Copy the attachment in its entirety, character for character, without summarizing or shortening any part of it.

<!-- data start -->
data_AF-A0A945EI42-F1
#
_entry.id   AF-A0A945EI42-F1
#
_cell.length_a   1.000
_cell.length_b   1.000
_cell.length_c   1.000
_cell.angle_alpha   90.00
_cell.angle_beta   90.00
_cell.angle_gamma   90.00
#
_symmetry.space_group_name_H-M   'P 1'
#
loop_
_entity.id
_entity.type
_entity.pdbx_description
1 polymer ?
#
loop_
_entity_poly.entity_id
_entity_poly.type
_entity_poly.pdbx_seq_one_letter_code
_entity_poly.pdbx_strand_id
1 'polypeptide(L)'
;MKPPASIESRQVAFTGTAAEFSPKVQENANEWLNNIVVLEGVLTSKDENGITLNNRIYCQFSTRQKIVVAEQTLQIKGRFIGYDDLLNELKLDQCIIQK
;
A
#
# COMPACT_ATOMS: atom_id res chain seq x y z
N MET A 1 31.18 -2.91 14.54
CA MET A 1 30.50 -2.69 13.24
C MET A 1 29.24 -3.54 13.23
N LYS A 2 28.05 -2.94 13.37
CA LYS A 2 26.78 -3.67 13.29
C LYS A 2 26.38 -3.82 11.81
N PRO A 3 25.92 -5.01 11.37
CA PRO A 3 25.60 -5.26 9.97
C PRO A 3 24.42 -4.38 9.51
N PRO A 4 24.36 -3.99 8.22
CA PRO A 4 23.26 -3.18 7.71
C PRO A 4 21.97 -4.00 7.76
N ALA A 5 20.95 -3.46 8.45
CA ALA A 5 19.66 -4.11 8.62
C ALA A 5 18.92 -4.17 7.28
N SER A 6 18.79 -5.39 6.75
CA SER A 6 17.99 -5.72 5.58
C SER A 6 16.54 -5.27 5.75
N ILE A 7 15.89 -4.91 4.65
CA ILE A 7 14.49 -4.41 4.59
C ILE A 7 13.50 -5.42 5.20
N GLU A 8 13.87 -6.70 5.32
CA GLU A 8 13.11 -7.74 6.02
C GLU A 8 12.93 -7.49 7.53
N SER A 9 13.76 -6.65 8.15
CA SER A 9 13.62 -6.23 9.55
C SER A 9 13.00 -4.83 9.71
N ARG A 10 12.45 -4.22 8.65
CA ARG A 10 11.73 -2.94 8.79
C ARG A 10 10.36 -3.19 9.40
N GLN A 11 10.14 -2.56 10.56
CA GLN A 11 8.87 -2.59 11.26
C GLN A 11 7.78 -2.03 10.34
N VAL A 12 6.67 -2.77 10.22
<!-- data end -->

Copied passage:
data_AF-A0A945EI42-F1
#
_entry.id   AF-A0A945EI42-F1
#
_cell.length_a   1.000
_cell.length_b   1.000
_cell.length_c   1.000
_cell.angle_alpha   90.00
_cell.angle_beta   90.00
_cell.angle_gamma   90.00
#
_symmetry.space_group_name_H-M   'P 1'
#
loop_
_entity.id
_entity.type
_entity.pdbx_description
1 polymer ?
#
loop_
_entity_poly.entity_id
_entity_poly.type
_entity_poly.pdbx_seq_one_letter_code
_entity_poly.pdbx_strand_id
1 'polypeptide(L)'
;MKPPASIESRQVAFTGTAAEFSPKVQENANEWLNNIVVLEGVLTSKDENGITLNNRIYCQFSTRQKIVVAEQTLQIKGRFIGYDDLLNELKLDQCIIQK
;
A
#
# COMPACT_ATOMS: atom_id res chain seq x y z
N MET A 1 31.18 -2.91 14.54
CA MET A 1 30.50 -2.69 13.24
C MET A 1 29.24 -3.54 13.23
N LYS A 2 28.05 -2.94 13.37
CA LYS A 2 26.78 -3.67 13.29
C LYS A 2 26.38 -3.82 11.81
N PRO A 3 25.92 -5.01 11.37
CA PRO A 3 25.60 -5.26 9.97
C PRO A 3 24.42 -4.38 9.51
N PRO A 4 24.36 -3.99 8.22
CA PRO A 4 23.26 -3.18 7.71
C PRO A 4 21.97 -4.00 7.76
N ALA A 5 20.95 -3.46 8.45
CA ALA A 5 19.66 -4.11 8.62
C ALA A 5 18.92 -4.17 7.28
N SER A 6 18.79 -5.39 6.75
CA SER A 6 17.99 -5.72 5.58
C SER A 6 16.54 -5.27 5.75
N ILE A 7 15.89 -4.91 4.65
CA ILE A 7 14.49 -4.41 4.59
C ILE A 7 13.50 -5.42 5.20
N GLU A 8 13.87 -6.70 5.32
CA GLU A 8 13.11 -7.74 6.02
C GLU A 8 12.93 -7.49 7.53
N SER A 9 13.76 -6.65 8.15
CA SER A 9 13.62 -6.23 9.55
C SER A 9 13.00 -4.83 9.71
N ARG A 10 12.45 -4.22 8.65
CA ARG A 10 11.73 -2.94 8.79
C ARG A 10 10.36 -3.19 9.40
N GLN A 11 10.14 -2.56 10.56
CA GLN A 11 8.87 -2.59 11.26
C GLN A 11 7.78 -2.03 10.34
N VAL A 12 6.67 -2.77 10.22